• Imatge de la web

    Extramurs: a new website about the world today in Catalan

    Production routines of conventional media (newspapers, radio and television) all too often force journalists to cover international current affairs using major international news agencies, which are generally based on official, poorly verified sources.

    The world news website in Catalan Extramurs was created in order to break out of this dynamic and flee from the 'monolithic' vision of these agencies. It is presented as a window to the world to speak up about what is happening around the globe, without filters, and with a network of professionals solely utilising local sources: not only local media, but also communities and associations and the potential of social networks. With the ever so commendable commitment to provide ethical and honest coverage based on in-depth analysis, interpretation, context, pluralism and knowledge of the political and social reality on the terrain.

    The project currently has seven journalists at the news desk in Barcelona and collaborators in 20 countries –most Catalan journalists residing abroad–, and the goal is to continue to grow little by little.

    We therefore welcome an ambitious project that is much needed in journalism today.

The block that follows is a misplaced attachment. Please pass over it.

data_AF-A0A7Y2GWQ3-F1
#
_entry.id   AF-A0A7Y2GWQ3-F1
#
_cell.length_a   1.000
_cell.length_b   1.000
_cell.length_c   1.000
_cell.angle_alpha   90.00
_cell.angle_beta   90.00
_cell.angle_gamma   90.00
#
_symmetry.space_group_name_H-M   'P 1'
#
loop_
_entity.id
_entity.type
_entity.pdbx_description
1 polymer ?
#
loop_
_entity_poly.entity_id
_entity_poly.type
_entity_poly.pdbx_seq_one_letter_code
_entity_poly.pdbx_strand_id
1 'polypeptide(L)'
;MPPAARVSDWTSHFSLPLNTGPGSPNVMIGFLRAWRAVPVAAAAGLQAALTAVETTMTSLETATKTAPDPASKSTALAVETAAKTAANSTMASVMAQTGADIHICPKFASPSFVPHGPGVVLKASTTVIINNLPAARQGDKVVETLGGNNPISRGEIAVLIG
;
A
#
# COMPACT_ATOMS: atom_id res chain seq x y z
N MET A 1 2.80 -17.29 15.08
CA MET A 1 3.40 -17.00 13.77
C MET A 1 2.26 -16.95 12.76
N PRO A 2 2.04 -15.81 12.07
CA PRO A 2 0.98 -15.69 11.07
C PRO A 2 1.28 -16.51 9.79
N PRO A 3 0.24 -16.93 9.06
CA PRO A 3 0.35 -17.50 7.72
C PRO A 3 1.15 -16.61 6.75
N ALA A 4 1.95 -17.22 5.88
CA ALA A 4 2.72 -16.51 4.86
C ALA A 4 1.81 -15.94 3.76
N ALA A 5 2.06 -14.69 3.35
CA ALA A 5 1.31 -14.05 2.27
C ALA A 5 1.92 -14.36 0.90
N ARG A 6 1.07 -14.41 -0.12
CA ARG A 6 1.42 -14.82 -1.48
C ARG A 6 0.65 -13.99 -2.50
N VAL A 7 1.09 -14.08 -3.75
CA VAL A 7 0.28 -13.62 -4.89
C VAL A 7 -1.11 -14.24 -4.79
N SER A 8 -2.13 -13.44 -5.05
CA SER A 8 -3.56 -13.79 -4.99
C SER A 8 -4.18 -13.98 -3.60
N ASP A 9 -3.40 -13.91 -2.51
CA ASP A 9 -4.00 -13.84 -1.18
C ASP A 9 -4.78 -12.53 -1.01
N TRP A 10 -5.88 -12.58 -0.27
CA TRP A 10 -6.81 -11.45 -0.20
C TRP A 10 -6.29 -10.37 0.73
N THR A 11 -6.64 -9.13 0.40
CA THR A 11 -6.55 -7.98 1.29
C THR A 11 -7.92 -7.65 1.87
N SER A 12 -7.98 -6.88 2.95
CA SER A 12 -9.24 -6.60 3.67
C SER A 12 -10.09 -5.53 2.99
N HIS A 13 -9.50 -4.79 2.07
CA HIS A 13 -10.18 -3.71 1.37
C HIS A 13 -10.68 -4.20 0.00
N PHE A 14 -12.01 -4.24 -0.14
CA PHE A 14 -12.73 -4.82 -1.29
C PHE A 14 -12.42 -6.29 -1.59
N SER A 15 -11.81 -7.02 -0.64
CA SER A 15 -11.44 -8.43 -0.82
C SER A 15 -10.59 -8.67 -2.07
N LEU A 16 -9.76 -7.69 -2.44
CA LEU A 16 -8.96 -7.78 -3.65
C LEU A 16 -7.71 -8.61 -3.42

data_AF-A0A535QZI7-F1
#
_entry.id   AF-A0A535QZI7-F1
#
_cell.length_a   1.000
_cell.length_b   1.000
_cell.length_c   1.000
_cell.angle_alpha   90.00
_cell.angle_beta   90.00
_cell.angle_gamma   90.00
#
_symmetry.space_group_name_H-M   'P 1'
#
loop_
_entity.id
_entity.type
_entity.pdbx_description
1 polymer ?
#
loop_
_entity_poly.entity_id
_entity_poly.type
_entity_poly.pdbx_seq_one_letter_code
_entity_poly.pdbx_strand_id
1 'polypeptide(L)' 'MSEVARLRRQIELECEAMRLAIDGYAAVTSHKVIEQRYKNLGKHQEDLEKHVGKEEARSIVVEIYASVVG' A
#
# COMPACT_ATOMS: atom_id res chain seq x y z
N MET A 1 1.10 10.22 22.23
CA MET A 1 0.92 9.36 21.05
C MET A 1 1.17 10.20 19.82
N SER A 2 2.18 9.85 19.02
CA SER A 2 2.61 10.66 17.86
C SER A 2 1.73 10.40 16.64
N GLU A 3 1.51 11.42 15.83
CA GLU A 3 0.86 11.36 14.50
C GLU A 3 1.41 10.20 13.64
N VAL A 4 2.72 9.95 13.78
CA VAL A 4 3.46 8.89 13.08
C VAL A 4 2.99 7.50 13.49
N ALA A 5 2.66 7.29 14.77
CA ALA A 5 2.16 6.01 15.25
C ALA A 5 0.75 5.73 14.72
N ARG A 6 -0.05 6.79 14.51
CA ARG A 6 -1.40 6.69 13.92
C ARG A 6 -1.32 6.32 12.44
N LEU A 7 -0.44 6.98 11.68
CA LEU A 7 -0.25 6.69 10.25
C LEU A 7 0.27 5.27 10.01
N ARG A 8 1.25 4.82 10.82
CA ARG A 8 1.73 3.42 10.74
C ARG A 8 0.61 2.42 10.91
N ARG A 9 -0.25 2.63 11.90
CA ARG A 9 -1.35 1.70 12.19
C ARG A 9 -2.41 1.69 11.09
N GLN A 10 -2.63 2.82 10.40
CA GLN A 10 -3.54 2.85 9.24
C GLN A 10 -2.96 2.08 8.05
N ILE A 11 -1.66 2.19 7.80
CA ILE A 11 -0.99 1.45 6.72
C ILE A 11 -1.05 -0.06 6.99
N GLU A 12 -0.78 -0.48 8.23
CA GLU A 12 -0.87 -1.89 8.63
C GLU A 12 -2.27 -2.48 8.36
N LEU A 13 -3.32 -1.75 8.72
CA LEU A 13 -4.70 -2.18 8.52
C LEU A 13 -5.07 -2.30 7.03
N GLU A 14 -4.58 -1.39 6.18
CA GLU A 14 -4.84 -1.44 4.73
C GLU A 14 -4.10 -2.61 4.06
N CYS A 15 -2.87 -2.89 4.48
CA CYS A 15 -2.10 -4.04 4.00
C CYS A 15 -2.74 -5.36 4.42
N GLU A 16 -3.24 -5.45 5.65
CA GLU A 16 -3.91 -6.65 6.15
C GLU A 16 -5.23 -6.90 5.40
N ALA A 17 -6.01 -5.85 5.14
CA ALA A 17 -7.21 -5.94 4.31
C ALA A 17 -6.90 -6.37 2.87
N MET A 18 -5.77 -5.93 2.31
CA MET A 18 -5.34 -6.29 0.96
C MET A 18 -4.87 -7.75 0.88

• Imatge de la web

    Visualising the Conflict: CAIN goes Second life INCORE/116/128/21

    Since the beginning of this year the Conflict Archive on the Internet (CAIN), an institution devoted to the collection of material on the "troubles" and located at the University of Ulster, is using a new way to approach the conflict that shook Northern Ireland for over thirty years: they have created a virtual island in Second Life, a 3D virtual world where people can socialize and connect.

    On the island, called Ulster Inco, you will find virtual recreations of the peace wall, murals and other types of memorials of the conflict in Northern Ireland. Information panels provide users with background information and it is possible to attend classes and interact with other users.

    This new way of approaching a topic as sensitive as the conflict in Northern Ireland should be welcomed and it will be exciting to see how succesful using Web 2.0, a type of website which promotes socialization through the creation of interactive virtual platforms, is for the dissemination of information on conflicts. CAIN's researchers will therefore collect data to evaluate the impact of this initiative. One thing is clear: it certainly makes learning about the conflict more interactive and entertaining.

    Take a look for yourself at the virtual educational space developed in Second Life and interact with 3D models of the rapidly disappearing murals of Belfast. If you have Second Life viewer installed on your computer, and have a pre-existing avatar, you can click on the link above and visit the Visualising the Conflict virtual educational space. If you are currently not a user of Second Life you first have to download the programme/viewer and sign-up for an account and avatar. For those who are interested in knowing more about how to develop a virtual educational space, CAIN has made available guides that aim to pass on lessons learned, in order to help others trying to achieve similar projects.

    L.v.T & L.M.